The case of Ward v The Trustees of the Roman Catholic Church for the Diocese of Lismore NSWSC 1776 illustrates well the test for an application for permanent stay of proceedings in an historical sexual abuse claim.
The plaintiff commenced proceedings in 2018 alleging sexual abuse by a priest from a parish within the diocese in about 1950. The Trustees were sued in negligence and in vicarious liability.
A permanent stay was granted with the Court concluding that there was simply no means by which there could be a fair trial of the plaintiff’s claim given the alleged perpetrator died in 1957, more than 70 years had elapsed since the sexual abuse complained of was said to have occurred, and there was no material available in relation to the allegations.
In accordance with section 67 of the Civil Procedure Act 2005 (NSW) the ‘Court may at any time and from time to time, by order, stay any proceedings before it, either permanently or until a specified day.’
The defendant sought a permanent stay of proceedings given that the alleged perpetrator died in 1957. The Judge, Beech-Jones J noted that a permanent stay is an exceptional remedy and given that there is no limitation period in play, there is no obligation on a plaintiff to provide a property or satisfactory explanation for a delay in the commencement of proceedings. Rather the test is whether a fair trial is still possible.
A permanent stay was granted with the Court holding at :
“A consideration of the evidence summarised above reveals that with more than 70 years having elapsed since the sexual abuse complained of is said to have occurred there is simply no means by which there could be a fair trial of the plaintiff’s claim. There were only two potential eyewitnesses to the sexual assault, namely the plaintiff and Father Curran. Father Curran has been dead for over sixty years. There is nothing to suggest that during his lifetime he was confronted with the plaintiff’s allegations. There are no documents currently in existence bearing on the allegations and nor is there anything to suggest that there ever were any such documents. There is no suggestion that any complaint or report was made to anyone about the plaintiff being sexually abused in the immediate years that followed its occurrence. Leaving aside Father Donnelly, there is nothing to suggest that any third person, party or agency was ever given the opportunity to investigate the plaintiff’s allegations or any allegation of sexual abuse against Father Curran during his lifetime or even after he died. The position so far as a fair trial is concerned is much worse than that which was considered in Moubarak. The Trustees are “utterly in the dark about the allegations made” against Father Curran themselves and there does not exist any means by which the conduct of the trial could relieve the consequences of the effect of the passage of time (Moubarak at ). It follows that it is not possible for there to be a fair trial of the plaintiff’s allegations. The Trustees would not have any “real opportunity to participate in the hearing, or contest them, or … to admit liability on an informed basis” with the consequence that any hearing would be “o more than a formal enactment of the process of hearing and determining the plaintiff’s claim” (Newcastle City Council v Batistatos; Roads and Traffic Authority NSW v Batistatos NSWCA 20 at ).”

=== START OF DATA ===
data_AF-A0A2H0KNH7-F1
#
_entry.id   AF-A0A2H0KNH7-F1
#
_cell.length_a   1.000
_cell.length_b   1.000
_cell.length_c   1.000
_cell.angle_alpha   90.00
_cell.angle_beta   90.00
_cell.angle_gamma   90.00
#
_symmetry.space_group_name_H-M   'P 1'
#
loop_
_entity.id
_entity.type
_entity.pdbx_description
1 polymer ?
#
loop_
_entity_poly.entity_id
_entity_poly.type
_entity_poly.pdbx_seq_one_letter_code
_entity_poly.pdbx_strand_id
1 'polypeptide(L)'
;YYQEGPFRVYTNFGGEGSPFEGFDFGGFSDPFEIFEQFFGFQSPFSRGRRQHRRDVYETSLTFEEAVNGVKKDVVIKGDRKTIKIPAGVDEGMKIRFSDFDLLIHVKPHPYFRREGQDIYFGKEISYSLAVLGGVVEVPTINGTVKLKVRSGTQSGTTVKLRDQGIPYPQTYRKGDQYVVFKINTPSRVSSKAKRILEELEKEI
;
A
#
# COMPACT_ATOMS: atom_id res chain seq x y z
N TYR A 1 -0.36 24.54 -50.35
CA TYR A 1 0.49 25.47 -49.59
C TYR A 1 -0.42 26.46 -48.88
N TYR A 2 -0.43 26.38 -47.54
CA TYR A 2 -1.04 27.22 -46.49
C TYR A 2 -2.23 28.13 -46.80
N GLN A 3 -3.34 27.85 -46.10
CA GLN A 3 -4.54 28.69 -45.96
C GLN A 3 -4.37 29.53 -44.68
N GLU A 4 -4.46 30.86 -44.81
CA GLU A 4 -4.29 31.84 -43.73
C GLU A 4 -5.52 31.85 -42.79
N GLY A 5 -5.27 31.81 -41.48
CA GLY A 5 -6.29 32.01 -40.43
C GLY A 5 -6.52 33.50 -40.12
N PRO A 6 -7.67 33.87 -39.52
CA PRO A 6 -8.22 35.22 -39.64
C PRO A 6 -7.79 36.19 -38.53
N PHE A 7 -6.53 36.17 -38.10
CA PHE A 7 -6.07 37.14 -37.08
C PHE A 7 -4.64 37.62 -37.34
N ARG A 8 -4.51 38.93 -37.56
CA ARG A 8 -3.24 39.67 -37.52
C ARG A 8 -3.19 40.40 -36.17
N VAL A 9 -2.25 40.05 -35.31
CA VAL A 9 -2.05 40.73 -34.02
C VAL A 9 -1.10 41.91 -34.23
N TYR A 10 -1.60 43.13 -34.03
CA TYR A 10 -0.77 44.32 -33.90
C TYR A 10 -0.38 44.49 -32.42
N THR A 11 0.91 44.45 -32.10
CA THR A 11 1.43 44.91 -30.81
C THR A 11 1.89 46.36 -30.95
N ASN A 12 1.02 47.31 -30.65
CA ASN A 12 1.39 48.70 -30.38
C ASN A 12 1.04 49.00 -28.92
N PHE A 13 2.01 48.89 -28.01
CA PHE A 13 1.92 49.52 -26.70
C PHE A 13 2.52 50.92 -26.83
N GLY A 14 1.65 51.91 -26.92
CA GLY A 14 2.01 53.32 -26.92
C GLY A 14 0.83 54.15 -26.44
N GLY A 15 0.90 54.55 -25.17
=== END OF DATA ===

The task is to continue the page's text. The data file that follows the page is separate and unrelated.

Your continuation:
Despite the decision in Ward, the plaintiff may be eligible to bring a claim under the ‘National Redress Scheme’. In the Court’s concluding remarks, the Court stated ‘It is not part of this Court’s function to address the plaintiff’s eligibility for compensation under that scheme. It is, however, appropriate to record that nothing in this judgment should be taken as reflecting adversely on her credibility, including the credibility of the account of the sexual abuse she stated she suffered.’
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